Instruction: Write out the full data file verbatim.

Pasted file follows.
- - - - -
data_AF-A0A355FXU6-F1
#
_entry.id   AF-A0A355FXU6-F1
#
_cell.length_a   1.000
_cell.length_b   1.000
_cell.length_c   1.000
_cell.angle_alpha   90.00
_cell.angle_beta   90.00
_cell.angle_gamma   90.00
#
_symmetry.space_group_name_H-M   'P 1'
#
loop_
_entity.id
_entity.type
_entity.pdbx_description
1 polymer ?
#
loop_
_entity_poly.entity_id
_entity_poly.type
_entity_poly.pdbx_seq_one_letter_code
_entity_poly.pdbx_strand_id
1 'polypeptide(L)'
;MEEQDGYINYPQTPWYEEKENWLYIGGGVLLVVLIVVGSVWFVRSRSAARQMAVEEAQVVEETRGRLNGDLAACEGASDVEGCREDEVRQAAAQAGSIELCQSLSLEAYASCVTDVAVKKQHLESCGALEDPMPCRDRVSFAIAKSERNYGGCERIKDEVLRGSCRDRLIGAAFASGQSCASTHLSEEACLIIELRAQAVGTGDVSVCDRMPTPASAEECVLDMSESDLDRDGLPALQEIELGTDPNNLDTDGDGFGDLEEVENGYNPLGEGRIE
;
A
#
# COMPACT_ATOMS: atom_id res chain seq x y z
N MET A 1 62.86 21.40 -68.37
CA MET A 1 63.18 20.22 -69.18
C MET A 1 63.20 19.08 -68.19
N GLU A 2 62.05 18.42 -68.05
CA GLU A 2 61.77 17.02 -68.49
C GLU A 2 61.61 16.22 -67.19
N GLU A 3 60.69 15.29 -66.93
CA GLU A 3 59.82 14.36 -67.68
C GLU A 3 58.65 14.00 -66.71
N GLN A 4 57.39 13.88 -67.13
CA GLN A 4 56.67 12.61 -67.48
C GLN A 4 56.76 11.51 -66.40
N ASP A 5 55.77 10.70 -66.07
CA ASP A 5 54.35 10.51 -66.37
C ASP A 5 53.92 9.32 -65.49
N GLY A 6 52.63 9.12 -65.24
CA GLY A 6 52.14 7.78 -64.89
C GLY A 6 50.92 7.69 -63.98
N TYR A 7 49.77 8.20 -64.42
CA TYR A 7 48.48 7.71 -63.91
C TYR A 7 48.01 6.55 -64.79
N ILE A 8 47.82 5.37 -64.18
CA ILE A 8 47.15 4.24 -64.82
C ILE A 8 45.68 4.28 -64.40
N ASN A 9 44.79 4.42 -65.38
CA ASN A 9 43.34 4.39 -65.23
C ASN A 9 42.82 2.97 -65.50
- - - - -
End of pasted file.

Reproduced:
data_AF-A0A355FXU6-F1
#
_entry.id   AF-A0A355FXU6-F1
#
_cell.length_a   1.000
_cell.length_b   1.000
_cell.length_c   1.000
_cell.angle_alpha   90.00
_cell.angle_beta   90.00
_cell.angle_gamma   90.00
#
_symmetry.space_group_name_H-M   'P 1'
#
loop_
_entity.id
_entity.type
_entity.pdbx_description
1 polymer ?
#
loop_
_entity_poly.entity_id
_entity_poly.type
_entity_poly.pdbx_seq_one_letter_code
_entity_poly.pdbx_strand_id
1 'polypeptide(L)'
;MEEQDGYINYPQTPWYEEKENWLYIGGGVLLVVLIVVGSVWFVRSRSAARQMAVEEAQVVEETRGRLNGDLAACEGASDVEGCREDEVRQAAAQAGSIELCQSLSLEAYASCVTDVAVKKQHLESCGALEDPMPCRDRVSFAIAKSERNYGGCERIKDEVLRGSCRDRLIGAAFASGQSCASTHLSEEACLIIELRAQAVGTGDVSVCDRMPTPASAEECVLDMSESDLDRDGLPALQEIELGTDPNNLDTDGDGFGDLEEVENGYNPLGEGRIE
;
A
#
# COMPACT_ATOMS: atom_id res chain seq x y z
N MET A 1 62.86 21.40 -68.37
CA MET A 1 63.18 20.22 -69.18
C MET A 1 63.20 19.08 -68.19
N GLU A 2 62.05 18.42 -68.05
CA GLU A 2 61.77 17.02 -68.49
C GLU A 2 61.61 16.22 -67.19
N GLU A 3 60.69 15.29 -66.93
CA GLU A 3 59.82 14.36 -67.68
C GLU A 3 58.65 14.00 -66.71
N GLN A 4 57.39 13.88 -67.13
CA GLN A 4 56.67 12.61 -67.48
C GLN A 4 56.76 11.51 -66.40
N ASP A 5 55.77 10.70 -66.07
CA ASP A 5 54.35 10.51 -66.37
C ASP A 5 53.92 9.32 -65.49
N GLY A 6 52.63 9.12 -65.24
CA GLY A 6 52.14 7.78 -64.89
C GLY A 6 50.92 7.69 -63.98
N TYR A 7 49.77 8.20 -64.42
CA TYR A 7 48.48 7.71 -63.91
C TYR A 7 48.01 6.55 -64.79
N ILE A 8 47.82 5.37 -64.18
CA ILE A 8 47.15 4.24 -64.82
C ILE A 8 45.68 4.28 -64.40
N ASN A 9 44.79 4.42 -65.38
CA ASN A 9 43.34 4.39 -65.23
C ASN A 9 42.82 2.97 -65.50